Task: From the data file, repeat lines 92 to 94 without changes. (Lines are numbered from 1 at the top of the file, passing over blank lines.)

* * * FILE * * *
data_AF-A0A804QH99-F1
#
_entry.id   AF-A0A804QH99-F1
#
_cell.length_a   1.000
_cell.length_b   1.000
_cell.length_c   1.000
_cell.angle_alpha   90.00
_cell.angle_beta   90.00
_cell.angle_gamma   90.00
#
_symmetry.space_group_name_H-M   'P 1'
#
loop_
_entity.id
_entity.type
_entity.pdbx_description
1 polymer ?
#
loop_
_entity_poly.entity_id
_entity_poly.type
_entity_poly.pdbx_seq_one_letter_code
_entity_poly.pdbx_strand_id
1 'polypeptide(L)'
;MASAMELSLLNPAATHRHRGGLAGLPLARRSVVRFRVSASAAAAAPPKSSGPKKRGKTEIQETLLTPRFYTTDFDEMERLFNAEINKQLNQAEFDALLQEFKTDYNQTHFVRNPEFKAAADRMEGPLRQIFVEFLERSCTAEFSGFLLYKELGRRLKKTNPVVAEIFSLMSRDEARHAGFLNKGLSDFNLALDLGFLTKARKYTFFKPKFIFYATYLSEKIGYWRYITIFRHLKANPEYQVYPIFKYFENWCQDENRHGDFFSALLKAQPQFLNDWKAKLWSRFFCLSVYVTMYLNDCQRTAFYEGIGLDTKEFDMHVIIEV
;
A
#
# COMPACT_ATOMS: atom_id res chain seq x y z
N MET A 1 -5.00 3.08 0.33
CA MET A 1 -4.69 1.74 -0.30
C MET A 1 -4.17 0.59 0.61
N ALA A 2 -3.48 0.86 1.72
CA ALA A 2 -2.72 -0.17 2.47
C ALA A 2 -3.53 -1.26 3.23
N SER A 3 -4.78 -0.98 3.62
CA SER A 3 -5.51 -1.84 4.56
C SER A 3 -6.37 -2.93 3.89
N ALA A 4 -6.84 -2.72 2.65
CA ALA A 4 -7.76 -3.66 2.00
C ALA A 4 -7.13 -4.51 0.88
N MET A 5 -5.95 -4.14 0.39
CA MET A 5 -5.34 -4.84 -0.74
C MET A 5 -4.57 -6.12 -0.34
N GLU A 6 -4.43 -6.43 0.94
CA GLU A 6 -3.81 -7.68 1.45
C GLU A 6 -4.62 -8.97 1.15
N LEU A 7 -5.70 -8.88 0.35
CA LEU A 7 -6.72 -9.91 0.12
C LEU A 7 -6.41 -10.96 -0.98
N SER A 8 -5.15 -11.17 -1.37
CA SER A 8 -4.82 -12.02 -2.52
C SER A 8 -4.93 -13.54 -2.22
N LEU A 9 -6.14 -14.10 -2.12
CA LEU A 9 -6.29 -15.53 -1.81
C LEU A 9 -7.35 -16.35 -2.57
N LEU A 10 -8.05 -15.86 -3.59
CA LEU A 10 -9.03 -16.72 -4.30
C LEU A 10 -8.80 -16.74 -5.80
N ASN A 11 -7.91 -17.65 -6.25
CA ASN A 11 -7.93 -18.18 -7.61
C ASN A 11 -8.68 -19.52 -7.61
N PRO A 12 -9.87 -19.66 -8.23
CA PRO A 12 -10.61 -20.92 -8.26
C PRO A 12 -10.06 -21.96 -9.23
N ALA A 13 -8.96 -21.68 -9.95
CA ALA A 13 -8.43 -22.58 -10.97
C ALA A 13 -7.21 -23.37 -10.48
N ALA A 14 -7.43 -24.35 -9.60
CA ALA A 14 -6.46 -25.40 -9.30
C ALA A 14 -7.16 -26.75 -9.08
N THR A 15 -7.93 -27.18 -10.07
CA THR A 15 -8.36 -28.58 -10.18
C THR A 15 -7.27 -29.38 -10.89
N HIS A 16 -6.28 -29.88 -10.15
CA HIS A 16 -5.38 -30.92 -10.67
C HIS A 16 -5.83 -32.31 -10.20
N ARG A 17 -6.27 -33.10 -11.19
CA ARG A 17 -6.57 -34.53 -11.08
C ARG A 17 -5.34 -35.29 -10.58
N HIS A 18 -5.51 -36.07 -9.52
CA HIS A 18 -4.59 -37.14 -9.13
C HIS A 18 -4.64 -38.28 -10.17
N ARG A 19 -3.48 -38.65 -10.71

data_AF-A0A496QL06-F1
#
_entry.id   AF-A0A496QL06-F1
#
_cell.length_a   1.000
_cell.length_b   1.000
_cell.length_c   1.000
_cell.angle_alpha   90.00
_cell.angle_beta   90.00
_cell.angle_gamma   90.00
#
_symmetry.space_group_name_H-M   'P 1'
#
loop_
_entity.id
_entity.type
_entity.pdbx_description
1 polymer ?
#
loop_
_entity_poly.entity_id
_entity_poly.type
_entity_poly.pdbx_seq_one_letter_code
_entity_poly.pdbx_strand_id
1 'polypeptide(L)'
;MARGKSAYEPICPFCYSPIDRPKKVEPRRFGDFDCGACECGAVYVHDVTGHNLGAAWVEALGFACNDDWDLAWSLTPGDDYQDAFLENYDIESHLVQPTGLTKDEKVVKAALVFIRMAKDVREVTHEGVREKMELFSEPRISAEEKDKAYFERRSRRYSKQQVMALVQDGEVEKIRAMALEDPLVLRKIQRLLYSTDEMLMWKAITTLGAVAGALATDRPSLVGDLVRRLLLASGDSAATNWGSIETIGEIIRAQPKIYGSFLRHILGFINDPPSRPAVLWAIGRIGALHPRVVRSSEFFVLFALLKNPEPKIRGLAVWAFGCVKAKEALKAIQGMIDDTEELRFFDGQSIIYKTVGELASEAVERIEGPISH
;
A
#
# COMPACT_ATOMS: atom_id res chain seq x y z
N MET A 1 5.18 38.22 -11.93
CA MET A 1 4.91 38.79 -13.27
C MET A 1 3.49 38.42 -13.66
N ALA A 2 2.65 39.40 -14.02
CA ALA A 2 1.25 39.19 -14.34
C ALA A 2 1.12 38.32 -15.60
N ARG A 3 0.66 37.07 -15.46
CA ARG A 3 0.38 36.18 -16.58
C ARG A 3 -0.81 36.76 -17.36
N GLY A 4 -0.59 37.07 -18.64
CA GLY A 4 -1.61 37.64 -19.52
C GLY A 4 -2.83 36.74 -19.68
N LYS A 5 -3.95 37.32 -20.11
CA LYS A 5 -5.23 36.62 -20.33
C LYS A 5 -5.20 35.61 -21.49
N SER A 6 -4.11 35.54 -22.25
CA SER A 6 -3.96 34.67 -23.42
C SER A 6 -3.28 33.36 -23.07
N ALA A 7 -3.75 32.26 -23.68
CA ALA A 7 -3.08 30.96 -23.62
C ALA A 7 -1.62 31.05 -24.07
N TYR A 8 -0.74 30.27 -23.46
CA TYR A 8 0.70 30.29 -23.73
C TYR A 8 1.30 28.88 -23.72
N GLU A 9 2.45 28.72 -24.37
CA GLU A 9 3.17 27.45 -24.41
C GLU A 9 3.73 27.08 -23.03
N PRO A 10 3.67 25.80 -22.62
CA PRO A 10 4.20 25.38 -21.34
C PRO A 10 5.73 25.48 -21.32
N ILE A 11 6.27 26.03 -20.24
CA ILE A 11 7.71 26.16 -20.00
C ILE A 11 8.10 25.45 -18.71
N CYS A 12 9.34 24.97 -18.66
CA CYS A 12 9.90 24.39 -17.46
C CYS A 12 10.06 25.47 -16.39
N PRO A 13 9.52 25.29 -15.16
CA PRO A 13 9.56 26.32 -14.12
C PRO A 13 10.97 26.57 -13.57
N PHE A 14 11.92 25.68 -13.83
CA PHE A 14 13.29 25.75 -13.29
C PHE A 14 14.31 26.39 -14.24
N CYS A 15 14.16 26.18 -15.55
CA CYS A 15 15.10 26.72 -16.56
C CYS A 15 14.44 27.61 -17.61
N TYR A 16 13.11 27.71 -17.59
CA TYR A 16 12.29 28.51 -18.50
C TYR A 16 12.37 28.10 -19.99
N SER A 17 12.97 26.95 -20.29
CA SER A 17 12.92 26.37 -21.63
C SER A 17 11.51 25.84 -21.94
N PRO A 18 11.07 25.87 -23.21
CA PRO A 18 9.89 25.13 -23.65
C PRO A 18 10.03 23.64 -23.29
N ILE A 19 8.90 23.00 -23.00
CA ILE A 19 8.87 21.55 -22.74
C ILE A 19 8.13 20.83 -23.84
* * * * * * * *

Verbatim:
_cell.length_c   1.000
_cell.angle_alpha   90.00
_cell.angle_beta   90.00